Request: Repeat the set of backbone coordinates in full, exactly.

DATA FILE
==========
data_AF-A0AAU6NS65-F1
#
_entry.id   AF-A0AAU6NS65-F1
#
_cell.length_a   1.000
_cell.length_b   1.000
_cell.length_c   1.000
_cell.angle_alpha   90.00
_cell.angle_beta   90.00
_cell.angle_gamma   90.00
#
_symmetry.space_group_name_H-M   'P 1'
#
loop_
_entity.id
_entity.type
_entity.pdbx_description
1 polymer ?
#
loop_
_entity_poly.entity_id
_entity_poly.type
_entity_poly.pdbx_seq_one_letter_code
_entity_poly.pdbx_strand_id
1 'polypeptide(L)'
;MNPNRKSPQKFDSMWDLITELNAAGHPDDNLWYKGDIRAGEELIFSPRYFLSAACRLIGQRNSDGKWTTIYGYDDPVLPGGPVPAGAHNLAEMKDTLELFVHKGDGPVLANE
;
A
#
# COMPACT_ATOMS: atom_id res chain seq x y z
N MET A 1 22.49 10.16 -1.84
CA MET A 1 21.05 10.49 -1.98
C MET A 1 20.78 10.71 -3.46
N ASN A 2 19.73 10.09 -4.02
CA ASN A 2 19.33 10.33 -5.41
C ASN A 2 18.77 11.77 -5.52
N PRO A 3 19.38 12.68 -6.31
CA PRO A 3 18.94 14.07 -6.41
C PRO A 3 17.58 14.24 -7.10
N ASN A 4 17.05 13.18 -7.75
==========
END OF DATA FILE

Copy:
data_AF-A0AAU6NS65-F1
#
_entry.id   AF-A0AAU6NS65-F1
#
_cell.length_a   1.000
_cell.length_b   1.000
_cell.length_c   1.000
_cell.angle_alpha   90.00
_cell.angle_beta   90.00
_cell.angle_gamma   90.00
#
_symmetry.space_group_name_H-M   'P 1'
#
loop_
_entity.id
_entity.type
_entity.pdbx_description
1 polymer ?
#
loop_
_entity_poly.entity_id
_entity_poly.type
_entity_poly.pdbx_seq_one_letter_code
_entity_poly.pdbx_strand_id
1 'polypeptide(L)'
;MNPNRKSPQKFDSMWDLITELNAAGHPDDNLWYKGDIRAGEELIFSPRYFLSAACRLIGQRNSDGKWTTIYGYDDPVLPGGPVPAGAHNLAEMKDTLELFVHKGDGPVLANE
;
A
#
# COMPACT_ATOMS: atom_id res chain seq x y z
N MET A 1 22.49 10.16 -1.84
CA MET A 1 21.05 10.49 -1.98
C MET A 1 20.78 10.71 -3.46
N ASN A 2 19.73 10.09 -4.02
CA ASN A 2 19.33 10.33 -5.41
C ASN A 2 18.77 11.77 -5.52
N PRO A 3 19.38 12.68 -6.31
CA PRO A 3 18.94 14.07 -6.41
C PRO A 3 17.58 14.24 -7.10
N ASN A 4 17.05 13.18 -7.75